So, apart from pretending to be one, what expertise does Lott have on women and gun issues? Well, he wrote this NRO article on women and guns. It was widely linked by bloggers, who felt that the key statistic was this:

“The probability of serious injury from a criminal confrontation is 2.5 times greater for women offering no resistance than resisting with a gun.”

Lott makes the same claim in More Guns, Less Crime, in The Bias Against Guns and in op-eds and speeches and on radio and TV shows. Along with the “98% brandishing” it is one of his favourite statistics. It shares another characteristic with the “98% brandishing”—no serious researcher in the area advances the figure and it does not appear in the peer reviewed literature.

So where does it come from? More Guns, Less Crime (published in 1998) gives the source as

Lawrence Southwick, Jr “Self-Defense with Guns: The Consequences,” Managerial and Decision Economics (forthcoming), tables 5 and 6;

The Bias Against Guns, published in 2003, gives the same source. In fact, it was published in the Journal of Criminal Justice, 28(5):351-370, 2000, and table 6 gives the following number of incidents in the National Crime Victimization Survey (NCVS) involving female crime victims:

Used gun | No action | |

Injured | 1 | 228 |

Not Injured | 79 | 7163 |

1.25% of the gun defenders were injured, while 3.08% of the passive women were, 2.5 times as much. So far so good. However, what should be obvious to someone skilled in statistics is that the ratio is not statistically significant. You can check this yourself if you wish by using an online calculator for the Fisher exact test. It gives a p value of 0.5, meaning that if there was really no difference in the injury rates, 50% of the time you would get a difference as large as this from a random sample.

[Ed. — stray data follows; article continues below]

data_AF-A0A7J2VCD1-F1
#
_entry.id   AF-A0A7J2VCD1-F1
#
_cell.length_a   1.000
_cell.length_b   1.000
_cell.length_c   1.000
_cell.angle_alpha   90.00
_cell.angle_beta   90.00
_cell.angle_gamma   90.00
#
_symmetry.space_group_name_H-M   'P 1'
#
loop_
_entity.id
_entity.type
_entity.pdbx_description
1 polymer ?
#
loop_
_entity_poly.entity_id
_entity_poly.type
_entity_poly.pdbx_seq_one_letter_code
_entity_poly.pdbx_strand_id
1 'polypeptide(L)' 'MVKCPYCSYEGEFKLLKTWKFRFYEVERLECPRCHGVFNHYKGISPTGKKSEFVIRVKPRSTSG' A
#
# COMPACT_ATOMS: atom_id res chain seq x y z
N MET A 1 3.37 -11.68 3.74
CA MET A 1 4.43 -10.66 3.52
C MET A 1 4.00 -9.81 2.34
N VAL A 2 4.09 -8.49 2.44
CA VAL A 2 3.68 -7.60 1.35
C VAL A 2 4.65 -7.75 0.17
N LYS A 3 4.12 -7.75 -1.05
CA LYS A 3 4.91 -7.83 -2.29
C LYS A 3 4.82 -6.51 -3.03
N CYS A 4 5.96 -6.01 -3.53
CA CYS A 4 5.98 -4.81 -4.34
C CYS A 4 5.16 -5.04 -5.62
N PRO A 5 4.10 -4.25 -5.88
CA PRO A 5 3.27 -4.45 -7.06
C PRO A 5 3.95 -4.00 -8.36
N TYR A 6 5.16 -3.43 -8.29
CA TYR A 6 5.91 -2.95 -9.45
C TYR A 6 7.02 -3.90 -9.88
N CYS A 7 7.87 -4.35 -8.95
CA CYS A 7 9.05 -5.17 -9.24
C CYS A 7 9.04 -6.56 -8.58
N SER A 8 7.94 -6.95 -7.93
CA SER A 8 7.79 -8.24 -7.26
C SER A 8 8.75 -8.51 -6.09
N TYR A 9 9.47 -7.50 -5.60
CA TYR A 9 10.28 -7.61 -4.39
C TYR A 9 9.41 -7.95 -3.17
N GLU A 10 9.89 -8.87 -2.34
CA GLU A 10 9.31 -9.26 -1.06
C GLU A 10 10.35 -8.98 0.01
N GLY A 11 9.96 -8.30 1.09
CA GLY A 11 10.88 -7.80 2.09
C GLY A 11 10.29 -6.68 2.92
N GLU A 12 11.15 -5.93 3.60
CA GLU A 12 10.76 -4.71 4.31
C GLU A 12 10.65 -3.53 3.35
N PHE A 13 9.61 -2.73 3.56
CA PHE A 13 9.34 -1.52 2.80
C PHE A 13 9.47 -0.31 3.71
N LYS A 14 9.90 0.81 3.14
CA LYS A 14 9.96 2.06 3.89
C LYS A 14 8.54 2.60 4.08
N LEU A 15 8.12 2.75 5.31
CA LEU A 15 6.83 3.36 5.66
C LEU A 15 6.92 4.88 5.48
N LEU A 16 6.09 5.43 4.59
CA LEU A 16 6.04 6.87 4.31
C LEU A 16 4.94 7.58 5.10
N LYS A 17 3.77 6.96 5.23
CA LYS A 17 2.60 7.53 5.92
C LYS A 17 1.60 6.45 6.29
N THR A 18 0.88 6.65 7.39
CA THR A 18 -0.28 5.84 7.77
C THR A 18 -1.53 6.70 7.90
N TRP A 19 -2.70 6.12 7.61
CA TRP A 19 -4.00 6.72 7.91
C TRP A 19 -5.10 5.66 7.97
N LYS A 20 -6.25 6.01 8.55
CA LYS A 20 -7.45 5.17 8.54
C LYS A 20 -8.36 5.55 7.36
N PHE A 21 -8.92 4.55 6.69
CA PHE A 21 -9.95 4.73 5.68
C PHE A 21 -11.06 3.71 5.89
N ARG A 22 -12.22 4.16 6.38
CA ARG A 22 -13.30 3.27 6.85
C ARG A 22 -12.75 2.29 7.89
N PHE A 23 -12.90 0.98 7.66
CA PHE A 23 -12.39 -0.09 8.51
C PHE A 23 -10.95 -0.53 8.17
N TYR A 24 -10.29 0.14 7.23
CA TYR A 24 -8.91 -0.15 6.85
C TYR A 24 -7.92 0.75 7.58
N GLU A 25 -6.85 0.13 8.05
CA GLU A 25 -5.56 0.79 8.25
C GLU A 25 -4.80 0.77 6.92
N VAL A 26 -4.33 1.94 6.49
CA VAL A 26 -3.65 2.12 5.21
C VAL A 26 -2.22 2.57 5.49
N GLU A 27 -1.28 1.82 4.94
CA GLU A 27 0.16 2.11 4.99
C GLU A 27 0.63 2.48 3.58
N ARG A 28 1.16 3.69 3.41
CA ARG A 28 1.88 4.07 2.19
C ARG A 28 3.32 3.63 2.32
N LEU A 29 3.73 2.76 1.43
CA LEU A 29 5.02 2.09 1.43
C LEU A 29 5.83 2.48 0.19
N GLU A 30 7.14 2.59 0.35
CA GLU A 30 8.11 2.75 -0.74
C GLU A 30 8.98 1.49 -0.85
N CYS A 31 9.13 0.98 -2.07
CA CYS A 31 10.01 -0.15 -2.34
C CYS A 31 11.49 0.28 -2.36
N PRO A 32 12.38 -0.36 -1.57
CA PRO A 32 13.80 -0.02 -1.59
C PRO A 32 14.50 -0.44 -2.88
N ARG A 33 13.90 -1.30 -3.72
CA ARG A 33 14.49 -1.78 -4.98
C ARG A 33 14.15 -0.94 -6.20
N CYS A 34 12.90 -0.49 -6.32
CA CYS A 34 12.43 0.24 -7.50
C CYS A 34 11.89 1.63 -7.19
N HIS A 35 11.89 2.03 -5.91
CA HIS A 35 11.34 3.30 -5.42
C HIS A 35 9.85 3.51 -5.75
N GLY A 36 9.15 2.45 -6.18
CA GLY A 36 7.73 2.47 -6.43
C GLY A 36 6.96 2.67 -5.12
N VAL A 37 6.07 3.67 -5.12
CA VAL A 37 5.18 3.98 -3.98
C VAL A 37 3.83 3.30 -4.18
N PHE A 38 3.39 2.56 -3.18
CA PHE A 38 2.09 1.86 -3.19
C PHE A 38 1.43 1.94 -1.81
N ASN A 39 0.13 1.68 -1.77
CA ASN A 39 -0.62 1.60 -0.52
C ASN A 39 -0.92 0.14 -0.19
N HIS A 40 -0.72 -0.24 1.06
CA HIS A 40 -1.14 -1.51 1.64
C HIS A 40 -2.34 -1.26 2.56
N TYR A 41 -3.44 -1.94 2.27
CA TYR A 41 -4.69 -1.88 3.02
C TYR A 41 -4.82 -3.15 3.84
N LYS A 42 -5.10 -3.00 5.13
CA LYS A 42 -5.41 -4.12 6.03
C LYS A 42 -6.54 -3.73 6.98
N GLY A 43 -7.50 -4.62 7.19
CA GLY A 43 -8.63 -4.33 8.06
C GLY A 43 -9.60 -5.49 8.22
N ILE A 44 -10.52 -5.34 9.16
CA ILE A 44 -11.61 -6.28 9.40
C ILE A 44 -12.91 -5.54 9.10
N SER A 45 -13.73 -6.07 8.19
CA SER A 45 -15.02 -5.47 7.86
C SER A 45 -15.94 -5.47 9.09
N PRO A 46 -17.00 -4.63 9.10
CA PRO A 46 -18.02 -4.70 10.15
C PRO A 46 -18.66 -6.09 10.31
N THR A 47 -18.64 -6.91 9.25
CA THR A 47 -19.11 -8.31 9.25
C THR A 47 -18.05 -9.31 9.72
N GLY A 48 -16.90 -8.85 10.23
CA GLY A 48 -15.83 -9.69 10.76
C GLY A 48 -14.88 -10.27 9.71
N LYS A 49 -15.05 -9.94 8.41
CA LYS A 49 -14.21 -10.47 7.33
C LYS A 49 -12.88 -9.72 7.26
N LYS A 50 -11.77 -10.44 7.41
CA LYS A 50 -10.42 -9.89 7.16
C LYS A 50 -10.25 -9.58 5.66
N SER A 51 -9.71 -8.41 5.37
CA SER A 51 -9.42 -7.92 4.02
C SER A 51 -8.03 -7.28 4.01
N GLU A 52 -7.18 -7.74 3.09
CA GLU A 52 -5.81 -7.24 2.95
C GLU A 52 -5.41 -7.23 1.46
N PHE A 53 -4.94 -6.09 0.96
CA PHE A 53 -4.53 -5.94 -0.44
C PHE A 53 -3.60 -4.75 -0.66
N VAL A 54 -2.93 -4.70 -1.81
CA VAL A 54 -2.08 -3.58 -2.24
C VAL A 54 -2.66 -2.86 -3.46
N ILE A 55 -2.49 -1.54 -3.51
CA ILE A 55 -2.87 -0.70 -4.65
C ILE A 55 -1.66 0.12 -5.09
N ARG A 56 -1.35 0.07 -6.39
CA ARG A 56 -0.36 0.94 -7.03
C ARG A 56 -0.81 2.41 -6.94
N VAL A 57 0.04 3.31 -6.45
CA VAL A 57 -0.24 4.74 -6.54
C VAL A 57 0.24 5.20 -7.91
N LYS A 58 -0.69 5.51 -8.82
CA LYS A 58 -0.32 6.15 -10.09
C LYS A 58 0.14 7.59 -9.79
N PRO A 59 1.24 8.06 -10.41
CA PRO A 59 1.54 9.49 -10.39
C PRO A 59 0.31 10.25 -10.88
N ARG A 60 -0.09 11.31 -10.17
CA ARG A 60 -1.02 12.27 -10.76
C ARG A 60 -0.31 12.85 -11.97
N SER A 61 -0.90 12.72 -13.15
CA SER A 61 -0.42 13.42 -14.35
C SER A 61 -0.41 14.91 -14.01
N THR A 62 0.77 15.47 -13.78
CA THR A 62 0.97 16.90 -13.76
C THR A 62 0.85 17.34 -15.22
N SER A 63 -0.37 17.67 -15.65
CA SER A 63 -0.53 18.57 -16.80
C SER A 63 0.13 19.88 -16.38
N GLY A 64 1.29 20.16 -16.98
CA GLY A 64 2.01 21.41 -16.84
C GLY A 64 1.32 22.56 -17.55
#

Note that although Lott takes this result from Southwick’s table, Southwick does not report it, since he is careful to report only the results that are statistically significant. In fact, Southwick notes that the difference between men and women in his table 6 is not statistically significant. Lott, however, writes:

Men also benefit, but the benefit is smaller because there is, on average, a smaller difference in strength between violent criminals, who are almost always men, and male victims than for female victims. For men, passive behavior is 1.4 times more likely to result in serious injury than resisting with a gun.

The “1.4 times” difference is not statistically significant either.

If you check the American Statistical Association’s Ethical Guidelines for Statistical Practice you will find the following, which Lott did not follow:

Report the limits of statistical inference of the study and possible sources of error.

Even newspaper reports typically report margins of error for surveys, which Lott did not do.

Nor can Lott claim that he mistakenly thought that the results were statistically significant. After a Usenet discussion I had with David Friedman in 2001, he pointed out to Lott that it was wrong to make the “2.5 times” claim. This did not stop Lott from repeating the claim in his NRO article and in his new book. (Buried in an endnote in his new book he admits that the difference is not statistically significant, but then falsely claims that the difference is statistically significant if men and women are pooled together.)